The Taylor-Couette flow validation case belongs to fluid dynamics. This test case aims to validate the following parameters:

- Rotating wall
- Velocity profile
- Pressure profile

SimScale’s simulation results were compared to analytical results obtained from methods elucidated in the Scholarpedia article on Taylor-Couette flow\(^1\).

The so-called Taylor-Couette flow occurs in the gap between two infinitely long concentric cylinders, when at least one of them is rotating. Therefore, the geometry for this project consists of a slice of an annulus between two cylinders, as seen in Figure 1:

The dimensions of the geometry are given in Table 1:

Geometry parameters | Dimension \([m]\) |

Outer radius (a) | 1 |

Inner radius (b) | 0.35 |

Thickness of the slice (c) | 0.1 |

**Tool Type**: OPENFOAM®

**Analysis Type**: Steady-state incompressible flow

**Turbulence Model**: Laminar

**Mesh and Element Types**: The mesh used in this case was created in SimScale with the standard algorithm.

Find in Table 2 an overview of the resulting mesh:

Case | Mesh Type | Cells | Element Type |

Taylor-Couette flow | Standard | 488457 | 3D tetrahedral/hexahedral |

Find below the standard mesh used for this case:

**Material**:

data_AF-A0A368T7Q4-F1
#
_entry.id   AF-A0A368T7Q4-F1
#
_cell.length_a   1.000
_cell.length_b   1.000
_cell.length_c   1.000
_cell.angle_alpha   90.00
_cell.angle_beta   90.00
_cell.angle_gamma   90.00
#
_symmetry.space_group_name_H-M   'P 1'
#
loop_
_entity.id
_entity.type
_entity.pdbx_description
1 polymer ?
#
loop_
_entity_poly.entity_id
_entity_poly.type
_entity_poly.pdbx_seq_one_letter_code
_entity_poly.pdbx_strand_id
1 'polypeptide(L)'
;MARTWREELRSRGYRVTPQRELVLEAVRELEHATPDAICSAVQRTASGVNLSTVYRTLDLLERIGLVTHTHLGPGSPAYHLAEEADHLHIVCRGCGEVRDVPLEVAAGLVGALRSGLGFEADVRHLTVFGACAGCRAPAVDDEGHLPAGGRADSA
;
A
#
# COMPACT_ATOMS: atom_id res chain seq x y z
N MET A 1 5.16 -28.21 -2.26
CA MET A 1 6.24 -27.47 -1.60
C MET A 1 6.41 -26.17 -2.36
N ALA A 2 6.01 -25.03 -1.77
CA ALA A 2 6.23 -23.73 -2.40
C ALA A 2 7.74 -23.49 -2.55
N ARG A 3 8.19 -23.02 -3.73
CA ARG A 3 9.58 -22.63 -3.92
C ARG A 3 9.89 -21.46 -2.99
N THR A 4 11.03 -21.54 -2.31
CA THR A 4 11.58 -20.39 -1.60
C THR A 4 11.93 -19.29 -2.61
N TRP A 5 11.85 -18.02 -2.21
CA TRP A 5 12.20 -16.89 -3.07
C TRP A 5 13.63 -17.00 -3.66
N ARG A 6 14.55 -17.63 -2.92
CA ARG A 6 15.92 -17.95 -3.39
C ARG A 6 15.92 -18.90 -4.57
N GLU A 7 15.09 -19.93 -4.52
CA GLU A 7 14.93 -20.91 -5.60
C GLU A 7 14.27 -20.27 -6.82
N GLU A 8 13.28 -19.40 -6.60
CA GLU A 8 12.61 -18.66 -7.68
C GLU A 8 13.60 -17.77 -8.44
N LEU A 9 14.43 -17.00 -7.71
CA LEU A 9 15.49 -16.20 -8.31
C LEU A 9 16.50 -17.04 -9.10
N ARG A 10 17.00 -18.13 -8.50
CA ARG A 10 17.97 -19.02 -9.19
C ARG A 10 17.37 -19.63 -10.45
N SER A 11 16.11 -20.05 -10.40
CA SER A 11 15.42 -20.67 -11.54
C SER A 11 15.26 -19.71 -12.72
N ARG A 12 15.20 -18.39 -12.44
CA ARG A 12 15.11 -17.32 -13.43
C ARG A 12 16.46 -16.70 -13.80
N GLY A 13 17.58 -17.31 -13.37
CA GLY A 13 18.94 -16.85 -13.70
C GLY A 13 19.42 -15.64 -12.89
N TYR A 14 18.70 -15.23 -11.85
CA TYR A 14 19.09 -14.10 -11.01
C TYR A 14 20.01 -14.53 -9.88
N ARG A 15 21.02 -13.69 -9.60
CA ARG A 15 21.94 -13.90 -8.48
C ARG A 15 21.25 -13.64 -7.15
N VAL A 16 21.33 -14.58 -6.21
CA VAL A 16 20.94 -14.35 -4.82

*Viscosity model*:*Newtonian*;- \((\nu)\)
*Kinematic viscosity*: 1e-5 \(m²/s\); - \((\rho)\)
*Density*: 1 \(kg/m^3\).

**Boundary Conditions**:

Before defining the boundary conditions, the current nomenclature will be used for the rest of this documentation:

In the table below, the configuration for both velocity and pressure are given at each of the boundaries:

Nomenclature | Boundary Type | Velocity | Pressure |

Inner wall | Custom | Rotating wall: 0.001 \(rad/s\) around the positive y-axis | Zero gradient |

Outer wall | Custom | Fixed value: 0 (no-slip condition) | Zero gradient |

Sides | Custom | Symmetry | Symmetry |

The analytical solution\(^1\) for Taylor-Couette flow is computed from the simplified Navier-Stokes in cylindrical coordinates. Before calculating the velocity and pressure profiles, we need to calculate two constants, \(A\) and \(B\):

$$A = \frac {\omega_{out}R_{out}^2-\omega_{in}R_{in}^2}{R_{out}^2-R_{in}^2} \tag {1}$$

$$B = (\omega_{in} – \omega_{out})R_{out}^2\frac {R_{in}^2}{R_{out}^2-R_{in}^2} \tag{2}$$

where:

- \(\omega_{in}\) and \(\omega_{out}\) \([rad/s]\) are the rotational velocities of the inner and outer walls, respectively;
- \(R_{in}\) and \(R_{out}\) \([m]\) are the inner and outer walls’ radius.

The resulting velocity profile \(U\) is a function of radius \(r\). The equation is given below:

$$U(r) = Ar + \frac {B}{r} \tag {3}$$

Similarly, for pressure \(P\):

$$P(r) = A^2\frac {r^2}{2}+2ABln(r)-\frac {B^2}{2r^2} \tag {4}$$

The velocity and pressure variation in the radial direction obtained with SimScale are compared to the analytical solution.

In Figure 5, we can see the velocity profile due to the rotation of the inner wall.

References

Last updated: June 23rd, 2021

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